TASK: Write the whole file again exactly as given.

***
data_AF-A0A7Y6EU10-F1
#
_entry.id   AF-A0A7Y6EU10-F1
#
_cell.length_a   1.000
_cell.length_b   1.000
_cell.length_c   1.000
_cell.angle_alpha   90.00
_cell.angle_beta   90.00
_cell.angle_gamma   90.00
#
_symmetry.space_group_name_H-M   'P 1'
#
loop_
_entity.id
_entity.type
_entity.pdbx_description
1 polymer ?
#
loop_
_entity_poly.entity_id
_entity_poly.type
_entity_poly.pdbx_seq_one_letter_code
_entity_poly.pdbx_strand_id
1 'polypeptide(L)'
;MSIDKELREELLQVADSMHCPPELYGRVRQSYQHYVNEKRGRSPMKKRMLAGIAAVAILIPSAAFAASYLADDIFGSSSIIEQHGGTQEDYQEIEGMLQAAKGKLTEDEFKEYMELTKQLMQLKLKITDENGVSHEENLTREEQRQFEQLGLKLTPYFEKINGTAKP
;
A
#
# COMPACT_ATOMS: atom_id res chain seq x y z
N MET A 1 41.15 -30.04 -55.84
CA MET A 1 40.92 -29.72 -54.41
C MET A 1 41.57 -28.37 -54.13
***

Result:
data_AF-A0A7Y6EU10-F1
#
_entry.id   AF-A0A7Y6EU10-F1
#
_cell.length_a   1.000
_cell.length_b   1.000
_cell.length_c   1.000
_cell.angle_alpha   90.00
_cell.angle_beta   90.00
_cell.angle_gamma   90.00
#
_symmetry.space_group_name_H-M   'P 1'
#
loop_
_entity.id
_entity.type
_entity.pdbx_description
1 polymer ?
#
loop_
_entity_poly.entity_id
_entity_poly.type
_entity_poly.pdbx_seq_one_letter_code
_entity_poly.pdbx_strand_id
1 'polypeptide(L)'
;MSIDKELREELLQVADSMHCPPELYGRVRQSYQHYVNEKRGRSPMKKRMLAGIAAVAILIPSAAFAASYLADDIFGSSSIIEQHGGTQEDYQEIEGMLQAAKGKLTEDEFKEYMELTKQLMQLKLKITDENGVSHEENLTREEQRQFEQLGLKLTPYFEKINGTAKP
;
A
#
# COMPACT_ATOMS: atom_id res chain seq x y z
N MET A 1 41.15 -30.04 -55.84
CA MET A 1 40.92 -29.72 -54.41
C MET A 1 41.57 -28.37 -54.13